Once I had a useless job interview. The company’s bread-and-butter was graphics and animation, and I explained that while I did some of that stuff, I was really a video editor. Puzzled, they asked what that meant, and I ended up explaining the job—I take raw footage and cut it into pieces and put it all together so it flows the way it should. Suddenly I felt, in explaining my trade, like I didn’t really do much at all.
When you watch me work, it just looks like I drag clips around on a screen and watch the same stuff over and over again.
When you watch an author write, it just looks like he stares at the wall for a bit and then types a few things.
My point: what I do with my hands is far simpler than what I do with my mind.
As a young man looking to get into editing, I was told that the most important book ever written on the topic was Walter Murch’s In the Blink of an Eye.
I have since edited an award-winning feature film, a reality TV series, a smattering of music videos, maybe twenty shorts and more miscellaneous crap than I care to recall, and I can tell you that the most important book ever written on the topic is Walter Murch’s In the Blink of an Eye.
Other fine books exist, of course, but Murch’s gets to the heart of the art form and examines the simple truths: what film editing is (or video editing, these days…), why we can watch one image replace another on a screen without it seeming strange, what makes a cut between two pictures work. Murch knows whereof he speaks, with an Oscar on his shelf for editing The English Patient, not to mention a history of collaborations with Francis Ford Coppola, George Lucas, Sam Mendes, Joe Johnston, Kathryn Bigelow and Philip Kaufman
Editing is a strange beast, unique to the art of motion pictures. It’s not just about cutting things out. It’s an art of juxtaposition, of rhythm and of contrast. Murch explains: “Do we know, for instance, that the gun is loaded before Madame X gets into her car, or is that something we only learn after she is in the car? Either choice creates a different sense of the scene. And so you proceed, piling one difference on top of another.” It’s taking two existing things and making a third thing, cut after cut after cut.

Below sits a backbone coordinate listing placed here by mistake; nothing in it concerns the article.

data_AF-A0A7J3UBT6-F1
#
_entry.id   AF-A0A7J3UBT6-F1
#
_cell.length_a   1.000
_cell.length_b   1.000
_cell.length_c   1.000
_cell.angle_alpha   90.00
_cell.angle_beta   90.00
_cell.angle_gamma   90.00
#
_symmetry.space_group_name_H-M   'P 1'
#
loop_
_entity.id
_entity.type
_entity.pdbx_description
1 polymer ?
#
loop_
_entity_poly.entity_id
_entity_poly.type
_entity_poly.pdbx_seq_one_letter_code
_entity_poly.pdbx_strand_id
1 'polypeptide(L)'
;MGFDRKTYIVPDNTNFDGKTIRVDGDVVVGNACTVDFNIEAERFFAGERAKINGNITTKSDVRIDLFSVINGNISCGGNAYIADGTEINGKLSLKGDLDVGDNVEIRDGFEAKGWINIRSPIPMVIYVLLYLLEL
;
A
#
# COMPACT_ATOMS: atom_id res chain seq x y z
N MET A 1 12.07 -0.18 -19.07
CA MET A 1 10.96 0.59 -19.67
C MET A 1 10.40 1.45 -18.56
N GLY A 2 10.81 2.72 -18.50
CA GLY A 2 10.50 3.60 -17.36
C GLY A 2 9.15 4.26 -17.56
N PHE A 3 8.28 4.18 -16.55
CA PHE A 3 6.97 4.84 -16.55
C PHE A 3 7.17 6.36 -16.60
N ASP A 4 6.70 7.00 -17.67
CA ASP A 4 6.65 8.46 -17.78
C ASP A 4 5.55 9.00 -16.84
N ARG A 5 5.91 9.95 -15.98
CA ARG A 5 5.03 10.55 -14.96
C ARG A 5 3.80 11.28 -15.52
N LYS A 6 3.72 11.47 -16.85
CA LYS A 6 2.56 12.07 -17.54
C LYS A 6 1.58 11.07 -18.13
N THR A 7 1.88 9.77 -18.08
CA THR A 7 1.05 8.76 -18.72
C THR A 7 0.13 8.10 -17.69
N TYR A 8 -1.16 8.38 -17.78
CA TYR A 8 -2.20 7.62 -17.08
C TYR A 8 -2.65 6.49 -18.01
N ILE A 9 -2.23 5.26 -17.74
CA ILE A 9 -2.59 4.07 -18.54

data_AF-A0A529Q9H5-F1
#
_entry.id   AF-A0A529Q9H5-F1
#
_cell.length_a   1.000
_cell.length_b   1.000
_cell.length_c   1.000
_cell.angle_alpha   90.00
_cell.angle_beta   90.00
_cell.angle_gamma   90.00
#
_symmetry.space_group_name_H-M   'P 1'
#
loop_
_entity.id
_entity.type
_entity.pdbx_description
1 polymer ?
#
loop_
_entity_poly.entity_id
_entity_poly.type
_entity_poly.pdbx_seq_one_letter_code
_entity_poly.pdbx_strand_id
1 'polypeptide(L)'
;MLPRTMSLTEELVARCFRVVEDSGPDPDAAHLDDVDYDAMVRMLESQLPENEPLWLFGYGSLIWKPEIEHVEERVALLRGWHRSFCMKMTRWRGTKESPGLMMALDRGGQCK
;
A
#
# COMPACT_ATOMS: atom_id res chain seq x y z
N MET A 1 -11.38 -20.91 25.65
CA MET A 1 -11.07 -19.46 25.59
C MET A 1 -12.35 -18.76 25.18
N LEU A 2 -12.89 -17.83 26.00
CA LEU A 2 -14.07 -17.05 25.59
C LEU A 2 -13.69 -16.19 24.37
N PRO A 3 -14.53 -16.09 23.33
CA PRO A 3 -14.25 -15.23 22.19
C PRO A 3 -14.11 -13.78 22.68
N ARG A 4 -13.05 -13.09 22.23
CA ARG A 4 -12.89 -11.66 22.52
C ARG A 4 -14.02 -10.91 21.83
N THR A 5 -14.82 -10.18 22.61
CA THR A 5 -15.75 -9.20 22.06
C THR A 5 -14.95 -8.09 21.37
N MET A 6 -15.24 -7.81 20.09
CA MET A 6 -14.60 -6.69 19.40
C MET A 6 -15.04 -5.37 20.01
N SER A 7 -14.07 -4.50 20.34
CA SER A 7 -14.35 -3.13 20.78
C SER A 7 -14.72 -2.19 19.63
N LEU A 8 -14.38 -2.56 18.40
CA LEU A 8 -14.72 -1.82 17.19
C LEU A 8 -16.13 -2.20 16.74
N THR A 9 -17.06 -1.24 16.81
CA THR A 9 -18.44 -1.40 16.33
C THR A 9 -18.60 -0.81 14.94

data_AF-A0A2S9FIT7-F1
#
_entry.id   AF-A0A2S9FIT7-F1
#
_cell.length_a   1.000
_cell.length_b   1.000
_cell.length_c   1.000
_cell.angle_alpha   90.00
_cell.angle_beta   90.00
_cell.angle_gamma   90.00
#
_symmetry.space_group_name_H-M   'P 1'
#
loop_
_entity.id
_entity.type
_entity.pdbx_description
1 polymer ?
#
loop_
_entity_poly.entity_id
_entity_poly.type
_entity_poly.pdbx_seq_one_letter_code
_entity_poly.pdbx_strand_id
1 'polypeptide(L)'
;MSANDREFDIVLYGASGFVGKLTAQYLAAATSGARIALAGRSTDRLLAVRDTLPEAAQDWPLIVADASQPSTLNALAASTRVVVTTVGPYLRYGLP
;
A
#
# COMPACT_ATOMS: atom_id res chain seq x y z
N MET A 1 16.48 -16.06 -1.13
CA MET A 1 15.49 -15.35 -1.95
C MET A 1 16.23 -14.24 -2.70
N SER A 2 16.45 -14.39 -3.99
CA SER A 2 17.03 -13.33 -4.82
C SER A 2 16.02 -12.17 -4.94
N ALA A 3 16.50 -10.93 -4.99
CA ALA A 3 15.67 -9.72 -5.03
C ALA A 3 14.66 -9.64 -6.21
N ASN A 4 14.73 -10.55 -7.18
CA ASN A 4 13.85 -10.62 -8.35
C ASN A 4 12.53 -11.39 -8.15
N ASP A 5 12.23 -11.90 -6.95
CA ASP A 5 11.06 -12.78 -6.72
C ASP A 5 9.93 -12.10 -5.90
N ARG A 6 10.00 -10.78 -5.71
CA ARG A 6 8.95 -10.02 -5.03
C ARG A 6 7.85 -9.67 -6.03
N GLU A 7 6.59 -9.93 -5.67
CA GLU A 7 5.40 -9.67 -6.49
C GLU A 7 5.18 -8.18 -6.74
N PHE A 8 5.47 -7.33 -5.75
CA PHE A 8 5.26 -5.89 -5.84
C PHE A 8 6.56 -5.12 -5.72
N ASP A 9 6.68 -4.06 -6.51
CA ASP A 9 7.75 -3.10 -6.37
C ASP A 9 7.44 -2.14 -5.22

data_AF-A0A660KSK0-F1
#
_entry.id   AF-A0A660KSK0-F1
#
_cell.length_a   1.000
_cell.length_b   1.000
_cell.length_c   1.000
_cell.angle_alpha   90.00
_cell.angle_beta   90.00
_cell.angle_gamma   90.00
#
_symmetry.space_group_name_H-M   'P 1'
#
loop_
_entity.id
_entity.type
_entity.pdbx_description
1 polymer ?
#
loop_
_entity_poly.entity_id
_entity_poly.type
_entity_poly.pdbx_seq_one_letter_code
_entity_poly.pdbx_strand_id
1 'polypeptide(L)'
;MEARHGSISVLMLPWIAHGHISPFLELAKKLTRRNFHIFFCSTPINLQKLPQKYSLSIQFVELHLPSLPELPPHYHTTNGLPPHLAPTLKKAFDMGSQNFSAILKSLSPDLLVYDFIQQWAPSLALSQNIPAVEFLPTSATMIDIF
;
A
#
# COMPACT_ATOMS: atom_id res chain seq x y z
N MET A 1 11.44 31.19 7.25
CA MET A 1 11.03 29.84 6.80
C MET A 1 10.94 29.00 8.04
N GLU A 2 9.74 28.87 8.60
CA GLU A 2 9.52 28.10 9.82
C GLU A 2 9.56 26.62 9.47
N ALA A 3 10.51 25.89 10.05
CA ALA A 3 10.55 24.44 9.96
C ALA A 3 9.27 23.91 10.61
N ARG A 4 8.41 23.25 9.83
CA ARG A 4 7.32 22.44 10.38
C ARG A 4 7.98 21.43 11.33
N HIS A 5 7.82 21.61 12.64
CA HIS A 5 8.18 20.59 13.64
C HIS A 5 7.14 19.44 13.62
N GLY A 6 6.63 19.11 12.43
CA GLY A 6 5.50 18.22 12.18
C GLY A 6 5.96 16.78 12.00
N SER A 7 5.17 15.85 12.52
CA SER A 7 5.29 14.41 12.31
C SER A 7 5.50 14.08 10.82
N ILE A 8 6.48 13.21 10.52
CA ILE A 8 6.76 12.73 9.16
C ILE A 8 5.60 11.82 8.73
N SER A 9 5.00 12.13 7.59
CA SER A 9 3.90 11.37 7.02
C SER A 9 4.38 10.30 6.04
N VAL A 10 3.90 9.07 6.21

Above all, for me—and for Murch—it’s an art of intuition. It’s an art of listening to the footage and letting it speak to you, letting it teach you how to assemble it. Murch describes the trance an editor gets into, looking for something without quite knowing what it is (a moment, a transition), weaving little fragments that were photographed piecemeal into one continuous whole. “[T]he cut,” he asserts early on, “should look almost self-evidently simple and effortless, if it is even noticed at all.” Ideally, he muses, a magic emulsification takes over: “[A]s the scene is reworked and refined, it reaches a point, hopefully, where the shots themselves seem to create each other.”
Editing is often referred to as ‘the invisible art’, and often it’s written off or misunderstood as a process of pure technicalities or simply a clearinghouse where scenes that don’t work are discarded. Yet its power is awesome in the old-fashioned sense of the word, and has never been more important than today, in our video-saturated culture. We would do well to understand and appreciate this craft of contexts, where the whole is always more than the sum of its parts.
I guess it’s not easy to explain what I do. I am thinking back to that job interview. I should have told them to read In the Blink of an Eye.